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President Trump's legal team on Thursday sent a letter to the publisher and author of a forthcoming book about the Trump White House demanding they immediately stop its publication.

In "Fire and Fury: Inside the Trump White House," author Michael Wolff writes that former White House Chief Strategist Steve Bannon slammed Donald Trump Jr., Trump's son-in Jared Kushner and campaign chairman Paul Manafort for what he called a “treasonous” and “unpatriotic” meeting with a Russian lawyer during the 2016 campaign. The book also claims many of the president's top advisers disparaged him in private.

“Mr. Trump hereby demands that you immediately cease and desist from any further publication, release or dissemination of the book,” Trump attorney Charles Harder wrote in a letter, demanding "a full and complete retraction and apology."

Despite the demand, publisher Henry Holt and Company announced the book will go on sale Friday, January 5, as opposed to the original date of Tuesday, January 9.

On "Shepard Smith Reporting," former Justice Department attorney and federal prosecutor Steven Mulroy said the chances are "slim and none" that the Trump team could stop the book's publication.

He explained that the prior restraint doctrine of the First Amendment highly disfavors the idea of preventing the publication of a book.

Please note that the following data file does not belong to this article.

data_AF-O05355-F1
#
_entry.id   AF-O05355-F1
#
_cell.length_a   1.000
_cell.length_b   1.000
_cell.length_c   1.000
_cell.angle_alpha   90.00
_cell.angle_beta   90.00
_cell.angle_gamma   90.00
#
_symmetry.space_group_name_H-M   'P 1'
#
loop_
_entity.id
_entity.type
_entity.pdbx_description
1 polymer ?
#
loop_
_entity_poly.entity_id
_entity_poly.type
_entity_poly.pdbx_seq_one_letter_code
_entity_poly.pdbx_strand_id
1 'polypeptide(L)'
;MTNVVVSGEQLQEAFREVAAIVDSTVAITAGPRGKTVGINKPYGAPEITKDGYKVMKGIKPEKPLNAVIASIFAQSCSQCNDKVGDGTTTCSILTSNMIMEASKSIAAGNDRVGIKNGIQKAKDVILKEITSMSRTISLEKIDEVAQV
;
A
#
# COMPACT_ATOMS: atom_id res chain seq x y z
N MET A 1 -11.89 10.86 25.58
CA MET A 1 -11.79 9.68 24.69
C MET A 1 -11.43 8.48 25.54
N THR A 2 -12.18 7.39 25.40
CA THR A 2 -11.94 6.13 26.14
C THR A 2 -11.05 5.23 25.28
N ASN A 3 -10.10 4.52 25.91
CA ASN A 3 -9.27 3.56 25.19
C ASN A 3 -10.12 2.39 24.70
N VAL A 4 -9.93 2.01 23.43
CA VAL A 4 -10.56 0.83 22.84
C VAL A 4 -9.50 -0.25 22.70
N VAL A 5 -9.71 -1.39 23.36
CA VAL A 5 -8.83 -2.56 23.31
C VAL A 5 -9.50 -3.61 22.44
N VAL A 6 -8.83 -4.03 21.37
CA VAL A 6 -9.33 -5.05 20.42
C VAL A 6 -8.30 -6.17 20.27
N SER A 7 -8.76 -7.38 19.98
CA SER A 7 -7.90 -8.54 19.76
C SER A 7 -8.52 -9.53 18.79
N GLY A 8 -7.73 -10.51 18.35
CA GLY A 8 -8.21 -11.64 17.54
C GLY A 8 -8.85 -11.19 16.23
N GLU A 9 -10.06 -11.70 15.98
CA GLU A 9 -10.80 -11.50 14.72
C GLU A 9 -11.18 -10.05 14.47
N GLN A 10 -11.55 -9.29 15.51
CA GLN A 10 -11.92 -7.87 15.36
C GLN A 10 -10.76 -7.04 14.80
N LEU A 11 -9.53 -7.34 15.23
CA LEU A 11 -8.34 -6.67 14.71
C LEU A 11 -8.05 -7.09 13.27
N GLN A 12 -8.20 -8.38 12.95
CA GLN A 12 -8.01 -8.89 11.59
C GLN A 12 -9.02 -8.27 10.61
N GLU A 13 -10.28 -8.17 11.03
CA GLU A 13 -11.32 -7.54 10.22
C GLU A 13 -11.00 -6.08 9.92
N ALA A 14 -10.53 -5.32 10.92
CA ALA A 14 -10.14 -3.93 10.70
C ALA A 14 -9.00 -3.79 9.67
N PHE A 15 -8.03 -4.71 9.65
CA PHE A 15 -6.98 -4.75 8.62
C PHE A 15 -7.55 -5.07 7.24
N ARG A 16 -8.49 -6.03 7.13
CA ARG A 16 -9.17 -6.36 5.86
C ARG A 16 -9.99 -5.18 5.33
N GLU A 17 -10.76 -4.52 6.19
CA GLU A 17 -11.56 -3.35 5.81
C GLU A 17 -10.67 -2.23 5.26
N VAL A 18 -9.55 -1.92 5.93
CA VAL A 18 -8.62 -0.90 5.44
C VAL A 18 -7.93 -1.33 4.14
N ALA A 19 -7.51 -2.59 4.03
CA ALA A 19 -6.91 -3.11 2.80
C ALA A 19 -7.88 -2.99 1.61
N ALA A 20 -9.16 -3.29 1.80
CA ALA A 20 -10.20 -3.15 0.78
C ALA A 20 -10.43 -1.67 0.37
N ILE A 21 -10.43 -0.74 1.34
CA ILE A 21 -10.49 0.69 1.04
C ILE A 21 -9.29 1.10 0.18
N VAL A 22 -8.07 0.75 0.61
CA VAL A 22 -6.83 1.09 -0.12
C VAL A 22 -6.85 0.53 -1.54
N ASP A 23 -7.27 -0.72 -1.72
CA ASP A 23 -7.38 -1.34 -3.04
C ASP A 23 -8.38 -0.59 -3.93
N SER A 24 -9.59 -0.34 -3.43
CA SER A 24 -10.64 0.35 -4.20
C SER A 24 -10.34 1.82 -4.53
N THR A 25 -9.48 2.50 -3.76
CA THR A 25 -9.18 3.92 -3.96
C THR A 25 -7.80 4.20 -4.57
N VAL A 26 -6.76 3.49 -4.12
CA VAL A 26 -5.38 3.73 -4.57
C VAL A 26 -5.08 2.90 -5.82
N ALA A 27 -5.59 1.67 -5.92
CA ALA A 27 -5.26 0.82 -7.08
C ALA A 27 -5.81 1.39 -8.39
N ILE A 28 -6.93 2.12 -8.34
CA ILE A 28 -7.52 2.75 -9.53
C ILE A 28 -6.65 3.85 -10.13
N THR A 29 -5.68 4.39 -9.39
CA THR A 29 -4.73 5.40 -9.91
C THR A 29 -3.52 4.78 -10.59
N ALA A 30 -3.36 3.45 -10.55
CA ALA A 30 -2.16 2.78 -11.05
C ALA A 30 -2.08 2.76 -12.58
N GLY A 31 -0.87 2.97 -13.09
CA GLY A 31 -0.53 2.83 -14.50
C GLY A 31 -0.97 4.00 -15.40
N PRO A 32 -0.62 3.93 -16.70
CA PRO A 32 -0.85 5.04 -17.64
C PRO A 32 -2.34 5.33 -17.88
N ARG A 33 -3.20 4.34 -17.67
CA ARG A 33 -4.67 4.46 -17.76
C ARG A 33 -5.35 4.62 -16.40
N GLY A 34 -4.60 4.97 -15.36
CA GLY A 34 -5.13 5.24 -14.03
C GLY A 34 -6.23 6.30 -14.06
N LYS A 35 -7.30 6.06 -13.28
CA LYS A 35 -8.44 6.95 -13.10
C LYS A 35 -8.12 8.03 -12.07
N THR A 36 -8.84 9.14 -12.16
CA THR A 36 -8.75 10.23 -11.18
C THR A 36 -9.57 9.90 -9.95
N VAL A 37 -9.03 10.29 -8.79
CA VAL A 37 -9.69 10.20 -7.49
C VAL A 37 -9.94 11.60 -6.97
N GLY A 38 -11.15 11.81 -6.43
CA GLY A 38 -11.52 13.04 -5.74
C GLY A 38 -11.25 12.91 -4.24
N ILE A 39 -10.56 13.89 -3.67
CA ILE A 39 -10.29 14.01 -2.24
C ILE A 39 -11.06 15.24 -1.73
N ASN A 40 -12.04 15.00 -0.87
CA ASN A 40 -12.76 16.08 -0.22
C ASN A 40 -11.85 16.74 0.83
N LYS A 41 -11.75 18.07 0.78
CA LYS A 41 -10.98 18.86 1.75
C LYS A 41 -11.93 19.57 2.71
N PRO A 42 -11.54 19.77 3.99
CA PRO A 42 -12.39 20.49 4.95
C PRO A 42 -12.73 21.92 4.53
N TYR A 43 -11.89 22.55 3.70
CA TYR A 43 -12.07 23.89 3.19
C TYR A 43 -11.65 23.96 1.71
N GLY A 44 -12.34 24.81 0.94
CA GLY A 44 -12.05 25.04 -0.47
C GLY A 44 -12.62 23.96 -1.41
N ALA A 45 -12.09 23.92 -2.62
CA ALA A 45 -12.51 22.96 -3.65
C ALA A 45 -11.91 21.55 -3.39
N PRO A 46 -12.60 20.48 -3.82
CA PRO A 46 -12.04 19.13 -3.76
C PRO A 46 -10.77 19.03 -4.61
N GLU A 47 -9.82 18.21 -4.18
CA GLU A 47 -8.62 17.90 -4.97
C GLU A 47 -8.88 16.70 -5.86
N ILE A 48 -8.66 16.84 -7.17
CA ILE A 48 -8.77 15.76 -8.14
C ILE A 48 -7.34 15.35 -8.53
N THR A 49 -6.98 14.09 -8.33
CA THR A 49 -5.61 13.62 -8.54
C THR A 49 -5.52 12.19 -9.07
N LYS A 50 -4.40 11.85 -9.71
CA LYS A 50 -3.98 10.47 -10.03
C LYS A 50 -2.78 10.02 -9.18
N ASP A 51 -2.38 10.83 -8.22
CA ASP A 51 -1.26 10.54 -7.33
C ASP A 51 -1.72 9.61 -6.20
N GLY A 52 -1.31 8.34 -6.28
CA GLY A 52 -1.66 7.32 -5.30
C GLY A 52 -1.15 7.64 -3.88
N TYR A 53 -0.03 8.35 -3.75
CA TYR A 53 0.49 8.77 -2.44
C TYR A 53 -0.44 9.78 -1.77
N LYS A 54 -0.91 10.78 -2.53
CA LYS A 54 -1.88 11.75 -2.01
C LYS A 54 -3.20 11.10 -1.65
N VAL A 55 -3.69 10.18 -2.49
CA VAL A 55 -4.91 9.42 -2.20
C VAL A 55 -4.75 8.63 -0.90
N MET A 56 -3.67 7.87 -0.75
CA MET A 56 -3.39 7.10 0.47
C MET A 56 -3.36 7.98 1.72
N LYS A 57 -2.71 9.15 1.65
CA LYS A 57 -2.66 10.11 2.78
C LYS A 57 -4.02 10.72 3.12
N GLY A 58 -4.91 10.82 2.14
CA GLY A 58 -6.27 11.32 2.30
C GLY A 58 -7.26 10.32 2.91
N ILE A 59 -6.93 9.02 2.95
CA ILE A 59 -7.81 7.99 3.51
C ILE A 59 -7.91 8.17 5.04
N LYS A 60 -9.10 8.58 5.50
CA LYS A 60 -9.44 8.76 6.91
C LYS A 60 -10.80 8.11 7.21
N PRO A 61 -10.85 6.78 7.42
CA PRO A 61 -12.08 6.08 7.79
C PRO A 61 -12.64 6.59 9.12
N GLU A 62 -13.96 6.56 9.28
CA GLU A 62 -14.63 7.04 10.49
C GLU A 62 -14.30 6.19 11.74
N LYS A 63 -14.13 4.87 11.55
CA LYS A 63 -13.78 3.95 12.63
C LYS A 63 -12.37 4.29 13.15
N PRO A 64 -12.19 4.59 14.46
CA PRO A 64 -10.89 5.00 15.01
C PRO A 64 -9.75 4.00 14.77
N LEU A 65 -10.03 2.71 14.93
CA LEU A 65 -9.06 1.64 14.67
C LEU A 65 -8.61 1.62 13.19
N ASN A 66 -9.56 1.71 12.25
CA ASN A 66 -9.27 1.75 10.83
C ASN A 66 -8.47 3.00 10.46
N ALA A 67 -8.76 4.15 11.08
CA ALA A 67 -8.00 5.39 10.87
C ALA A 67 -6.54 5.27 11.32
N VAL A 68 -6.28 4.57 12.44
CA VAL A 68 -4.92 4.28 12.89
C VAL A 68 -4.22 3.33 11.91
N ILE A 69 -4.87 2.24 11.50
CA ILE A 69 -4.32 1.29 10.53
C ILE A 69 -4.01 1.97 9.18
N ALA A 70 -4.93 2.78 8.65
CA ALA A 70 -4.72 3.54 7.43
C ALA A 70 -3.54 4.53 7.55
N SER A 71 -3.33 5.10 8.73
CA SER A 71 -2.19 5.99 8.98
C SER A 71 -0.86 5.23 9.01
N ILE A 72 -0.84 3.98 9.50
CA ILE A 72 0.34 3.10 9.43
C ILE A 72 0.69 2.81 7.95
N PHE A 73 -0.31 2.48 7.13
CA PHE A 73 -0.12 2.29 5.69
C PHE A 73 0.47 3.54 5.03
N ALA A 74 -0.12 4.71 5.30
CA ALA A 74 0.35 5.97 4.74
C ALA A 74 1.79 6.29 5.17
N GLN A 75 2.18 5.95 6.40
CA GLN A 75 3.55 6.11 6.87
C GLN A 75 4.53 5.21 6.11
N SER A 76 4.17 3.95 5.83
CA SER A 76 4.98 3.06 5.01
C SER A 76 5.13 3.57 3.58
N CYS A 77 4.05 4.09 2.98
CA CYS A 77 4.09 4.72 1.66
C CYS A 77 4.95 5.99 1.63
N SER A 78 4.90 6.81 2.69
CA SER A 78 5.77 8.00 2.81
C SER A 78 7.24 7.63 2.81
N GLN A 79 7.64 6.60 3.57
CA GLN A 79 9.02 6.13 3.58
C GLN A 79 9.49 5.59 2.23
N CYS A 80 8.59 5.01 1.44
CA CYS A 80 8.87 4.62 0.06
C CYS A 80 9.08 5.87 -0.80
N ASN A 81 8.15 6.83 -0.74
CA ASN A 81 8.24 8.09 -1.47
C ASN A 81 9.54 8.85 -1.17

"If there is some damage - defamation or something of that matter - you can handle that later on after the fact by a suit for damages," Mulroy said. "But a prior restraint against publication of a book? I think very unlikely that a court would grant that."

He added that proving defamation can be difficult, especially when it involves a public figure.

"You would have to show reckless disregard of the truth in factual statements, which is a very, very tall order. You almost never win those kinds of cases," Mulroy said.

He noted that most of the controversial comments that Bannon allegedly made are matters of opinion, not fact, and those are not even covered by defamation law.

Mulroy warned that it could actually be a tactical mistake for Trump's lawyers to file this lawsuit.

"They'd be opening themselves up to reciprocal discovery," he said. "The other side, the defendants, would have the right to take depositions and seek document requests and look into things that the Trump campaign may not want to have to disclose."

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